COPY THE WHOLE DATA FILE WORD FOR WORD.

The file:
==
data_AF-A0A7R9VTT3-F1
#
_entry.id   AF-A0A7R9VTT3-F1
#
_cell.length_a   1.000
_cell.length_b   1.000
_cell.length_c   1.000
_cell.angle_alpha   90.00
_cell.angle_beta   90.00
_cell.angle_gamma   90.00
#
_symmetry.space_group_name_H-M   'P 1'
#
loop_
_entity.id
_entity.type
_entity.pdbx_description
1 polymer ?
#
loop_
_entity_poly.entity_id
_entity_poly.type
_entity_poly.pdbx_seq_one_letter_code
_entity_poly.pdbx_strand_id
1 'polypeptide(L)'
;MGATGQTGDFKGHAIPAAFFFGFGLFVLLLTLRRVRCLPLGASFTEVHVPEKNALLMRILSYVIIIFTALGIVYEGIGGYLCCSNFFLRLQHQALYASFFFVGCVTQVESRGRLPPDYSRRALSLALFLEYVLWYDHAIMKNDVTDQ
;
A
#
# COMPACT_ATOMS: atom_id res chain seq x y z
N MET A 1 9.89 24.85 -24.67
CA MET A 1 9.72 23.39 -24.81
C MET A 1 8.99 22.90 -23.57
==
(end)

data_AF-A0A7R9VTT3-F1
#
_entry.id   AF-A0A7R9VTT3-F1
#
_cell.length_a   1.000
_cell.length_b   1.000
_cell.length_c   1.000
_cell.angle_alpha   90.00
_cell.angle_beta   90.00
_cell.angle_gamma   90.00
#
_symmetry.space_group_name_H-M   'P 1'
#
loop_
_entity.id
_entity.type
_entity.pdbx_description
1 polymer ?
#
loop_
_entity_poly.entity_id
_entity_poly.type
_entity_poly.pdbx_seq_one_letter_code
_entity_poly.pdbx_strand_id
1 'polypeptide(L)'
;MGATGQTGDFKGHAIPAAFFFGFGLFVLLLTLRRVRCLPLGASFTEVHVPEKNALLMRILSYVIIIFTALGIVYEGIGGYLCCSNFFLRLQHQALYASFFFVGCVTQVESRGRLPPDYSRRALSLALFLEYVLWYDHAIMKNDVTDQ
;
A
#
# COMPACT_ATOMS: atom_id res chain seq x y z
N MET A 1 9.89 24.85 -24.67
CA MET A 1 9.72 23.39 -24.81
C MET A 1 8.99 22.90 -23.57